Diagnosis Code R14.0
Information for Medical Professionals
Diagnostic Related Groups
The diagnosis code R14.0 is grouped in the following Diagnostic Related Group(s) (MS-DRG v33.0)
- ESOPHAGITIS, GASTROENTERITIS AND MISCELLANEOUS DIGESTIVE DISORDERS WITH MCC 391
- ESOPHAGITIS, GASTROENTERISTIS AND MISCELLANEOUS DIGESTIVE DISORDERS WITHOUT MCC 392
Convert to ICD-9 General Equivalence Map
The ICD-10 and ICD-9 GEMs are used to facilitate linking between the diagnosis codes in ICD-9-CM and the new ICD-10-CM code set. The GEMs are the raw material from which providers, health information vendors and payers can derive specific applied mappings to meet their needs.
- 787.3 - Flatul/eructat/gas pain (approximate) Approximate Flag
The approximate flag is on, indicating that the relationship between the code in the source system and the code in the target system is an approximate equivalent.
- Abdominal bloating
- Abdominal distension
- Abdominal distension symptom
- Abdominal distension, gaseous
- Bloating symptom
- Excessive upper gastrointestinal gas
- Localized abdominal distention
- On examination - uniform abdominal swelling
- Swollen abdomen
- Tympanites of cecum
- Uniform abdominal distention
Index of Diseases and Injuries
References found for the code R14.0 in the Index of Diseases and Injuries:
- Inclusion Terms: Inclusion terms
List of terms is included under some codes. These terms are the conditions for which that code is to be used. The terms may be synonyms of the code title, or, in the case of “other specified” codes, the terms are a list of the various conditions assigned to that code. The inclusion terms are not necessarily exhaustive. Additional terms found only in the Alphabetic Index may also be assigned to a code.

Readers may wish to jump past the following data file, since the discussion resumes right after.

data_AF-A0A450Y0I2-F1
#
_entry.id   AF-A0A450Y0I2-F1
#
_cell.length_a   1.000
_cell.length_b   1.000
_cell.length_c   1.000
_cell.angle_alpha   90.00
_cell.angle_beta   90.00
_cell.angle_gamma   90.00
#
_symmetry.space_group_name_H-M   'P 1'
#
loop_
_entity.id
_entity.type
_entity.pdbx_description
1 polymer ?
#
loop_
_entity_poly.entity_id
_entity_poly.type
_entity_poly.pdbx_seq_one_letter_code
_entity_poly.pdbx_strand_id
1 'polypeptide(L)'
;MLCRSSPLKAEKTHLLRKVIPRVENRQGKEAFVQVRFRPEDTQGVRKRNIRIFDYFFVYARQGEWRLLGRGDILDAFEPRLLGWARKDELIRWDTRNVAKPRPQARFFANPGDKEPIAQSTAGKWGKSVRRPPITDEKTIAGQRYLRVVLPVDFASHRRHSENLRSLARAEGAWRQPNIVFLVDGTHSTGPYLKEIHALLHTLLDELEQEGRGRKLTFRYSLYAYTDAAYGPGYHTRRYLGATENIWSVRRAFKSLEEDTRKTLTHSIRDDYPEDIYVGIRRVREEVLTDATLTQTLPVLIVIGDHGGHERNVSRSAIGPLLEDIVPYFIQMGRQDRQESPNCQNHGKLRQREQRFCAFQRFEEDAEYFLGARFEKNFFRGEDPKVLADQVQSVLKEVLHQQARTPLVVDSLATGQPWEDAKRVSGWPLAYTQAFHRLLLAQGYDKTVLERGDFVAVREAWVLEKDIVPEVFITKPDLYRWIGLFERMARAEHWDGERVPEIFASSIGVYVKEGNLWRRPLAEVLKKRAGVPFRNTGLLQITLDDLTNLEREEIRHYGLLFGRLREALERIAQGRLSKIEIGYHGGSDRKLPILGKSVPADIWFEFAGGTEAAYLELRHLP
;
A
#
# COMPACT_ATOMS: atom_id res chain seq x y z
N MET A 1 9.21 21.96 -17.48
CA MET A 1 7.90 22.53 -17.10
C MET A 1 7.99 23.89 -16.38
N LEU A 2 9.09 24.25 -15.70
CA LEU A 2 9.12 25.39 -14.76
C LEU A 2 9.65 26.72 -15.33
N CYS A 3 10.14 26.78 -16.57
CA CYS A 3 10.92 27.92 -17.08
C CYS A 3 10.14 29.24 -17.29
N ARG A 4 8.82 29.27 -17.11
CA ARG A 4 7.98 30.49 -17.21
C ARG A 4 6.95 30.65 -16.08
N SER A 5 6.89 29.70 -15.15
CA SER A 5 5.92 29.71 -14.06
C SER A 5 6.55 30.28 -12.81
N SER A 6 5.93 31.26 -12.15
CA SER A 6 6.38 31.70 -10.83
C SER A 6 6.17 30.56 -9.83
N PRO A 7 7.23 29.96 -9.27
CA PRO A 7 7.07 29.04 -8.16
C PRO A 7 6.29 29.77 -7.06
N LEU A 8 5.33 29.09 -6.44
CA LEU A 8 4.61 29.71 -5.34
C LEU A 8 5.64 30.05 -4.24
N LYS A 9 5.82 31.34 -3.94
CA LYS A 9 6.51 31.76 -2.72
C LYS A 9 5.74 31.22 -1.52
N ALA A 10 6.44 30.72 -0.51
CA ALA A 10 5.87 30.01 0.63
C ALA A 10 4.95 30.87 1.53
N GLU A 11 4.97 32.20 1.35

- Tympanites (abdominal) (intestinal)
Information for Patients
Also called: Belch, Burp, Eructation, Flatulence, Flatus
Everyone has gas. Most people pass gas 13 to 21 times a day. Passing gas through the mouth is called belching or burping. Passing gas through the anus is called flatulence. Most of the time gas does not have an odor. The odor comes from bacteria in the large intestine that release small amounts of gases that contain sulfur.
Gas in the digestive tract comes from two sources: air that you swallow and the breakdown of undigested food by bacteria in the large intestine. Certain foods may cause gas. Foods that produce gas in one person may not cause gas in another.
You can reduce the amount of gas you have by
- Drinking lots of water and non-fizzy drinks
- Eating more slowly so you swallow less air when you eat
- Avoiding milk products if you have lactose intolerance
Medicines can help reduce gas or the pain and bloating caused by gas. If your symptoms still bother you, see your health care provider.
NIH: National Institute of Diabetes and Digestive and Kidney Diseases
- Abdominal bloating
- Bland diet
- Gas - flatulence